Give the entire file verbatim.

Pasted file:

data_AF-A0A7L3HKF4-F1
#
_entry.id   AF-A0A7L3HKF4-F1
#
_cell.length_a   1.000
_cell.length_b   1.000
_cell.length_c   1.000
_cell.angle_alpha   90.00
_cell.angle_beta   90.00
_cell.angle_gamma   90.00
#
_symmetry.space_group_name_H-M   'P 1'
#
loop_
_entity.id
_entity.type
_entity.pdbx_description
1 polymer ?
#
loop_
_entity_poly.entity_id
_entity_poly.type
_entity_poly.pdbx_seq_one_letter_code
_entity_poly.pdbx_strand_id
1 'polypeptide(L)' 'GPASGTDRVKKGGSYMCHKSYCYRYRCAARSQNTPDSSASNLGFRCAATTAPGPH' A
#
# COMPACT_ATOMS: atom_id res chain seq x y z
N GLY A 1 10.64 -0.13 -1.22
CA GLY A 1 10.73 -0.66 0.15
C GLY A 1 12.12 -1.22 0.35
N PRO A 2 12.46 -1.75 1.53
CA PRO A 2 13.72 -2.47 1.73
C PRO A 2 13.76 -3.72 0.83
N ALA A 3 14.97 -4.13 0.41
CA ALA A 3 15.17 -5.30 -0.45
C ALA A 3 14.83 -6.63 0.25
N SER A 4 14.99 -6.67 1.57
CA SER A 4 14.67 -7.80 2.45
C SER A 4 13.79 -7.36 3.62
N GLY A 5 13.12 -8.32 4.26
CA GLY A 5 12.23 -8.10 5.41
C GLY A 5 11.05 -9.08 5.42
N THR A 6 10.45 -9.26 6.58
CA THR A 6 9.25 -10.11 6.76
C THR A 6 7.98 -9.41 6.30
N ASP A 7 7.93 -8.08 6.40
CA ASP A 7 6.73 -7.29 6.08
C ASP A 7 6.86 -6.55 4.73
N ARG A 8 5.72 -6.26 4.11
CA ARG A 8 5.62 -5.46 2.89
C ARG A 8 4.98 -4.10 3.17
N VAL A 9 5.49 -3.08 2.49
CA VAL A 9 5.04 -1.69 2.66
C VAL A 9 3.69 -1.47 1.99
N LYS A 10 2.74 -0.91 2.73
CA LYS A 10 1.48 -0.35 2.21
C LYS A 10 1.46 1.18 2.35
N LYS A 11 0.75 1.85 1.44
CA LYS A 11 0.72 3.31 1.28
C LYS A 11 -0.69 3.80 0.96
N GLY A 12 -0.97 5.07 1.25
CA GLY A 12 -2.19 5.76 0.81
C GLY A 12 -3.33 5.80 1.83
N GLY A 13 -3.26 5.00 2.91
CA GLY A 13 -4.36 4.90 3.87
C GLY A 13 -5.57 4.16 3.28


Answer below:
data_AF-A0A7L3HKF4-F1
#
_entry.id   AF-A0A7L3HKF4-F1
#
_cell.length_a   1.000
_cell.length_b   1.000
_cell.length_c   1.000
_cell.angle_alpha   90.00
_cell.angle_beta   90.00
_cell.angle_gamma   90.00
#
_symmetry.space_group_name_H-M   'P 1'
#
loop_
_entity.id
_entity.type
_entity.pdbx_description
1 polymer ?
#
loop_
_entity_poly.entity_id
_entity_poly.type
_entity_poly.pdbx_seq_one_letter_code
_entity_poly.pdbx_strand_id
1 'polypeptide(L)' 'GPASGTDRVKKGGSYMCHKSYCYRYRCAARSQNTPDSSASNLGFRCAATTAPGPH' A
#
# COMPACT_ATOMS: atom_id res chain seq x y z
N GLY A 1 10.64 -0.13 -1.22
CA GLY A 1 10.73 -0.66 0.15
C GLY A 1 12.12 -1.22 0.35
N PRO A 2 12.46 -1.75 1.53
CA PRO A 2 13.72 -2.47 1.73
C PRO A 2 13.76 -3.72 0.83
N ALA A 3 14.97 -4.13 0.41
CA ALA A 3 15.17 -5.30 -0.45
C ALA A 3 14.83 -6.63 0.25
N SER A 4 14.99 -6.67 1.57
CA SER A 4 14.67 -7.80 2.45
C SER A 4 13.79 -7.36 3.62
N GLY A 5 13.12 -8.32 4.26
CA GLY A 5 12.23 -8.10 5.41
C GLY A 5 11.05 -9.08 5.42
N THR A 6 10.45 -9.26 6.58
CA THR A 6 9.25 -10.11 6.76
C THR A 6 7.98 -9.41 6.30
N ASP A 7 7.93 -8.08 6.40
CA ASP A 7 6.73 -7.29 6.08
C ASP A 7 6.86 -6.55 4.73
N ARG A 8 5.72 -6.26 4.11
CA ARG A 8 5.62 -5.46 2.89
C ARG A 8 4.98 -4.10 3.17
N VAL A 9 5.49 -3.08 2.49
CA VAL A 9 5.04 -1.69 2.66
C VAL A 9 3.69 -1.47 1.99
N LYS A 10 2.74 -0.91 2.73
CA LYS A 10 1.48 -0.35 2.21
C LYS A 10 1.46 1.18 2.35
N LYS A 11 0.75 1.85 1.44
CA LYS A 11 0.72 3.31 1.28
C LYS A 11 -0.69 3.80 0.96
N GLY A 12 -0.97 5.07 1.25
CA GLY A 12 -2.19 5.76 0.81
C GLY A 12 -3.33 5.80 1.83
N GLY A 13 -3.26 5.00 2.91
CA GLY A 13 -4.36 4.90 3.87
C GLY A 13 -5.57 4.16 3.28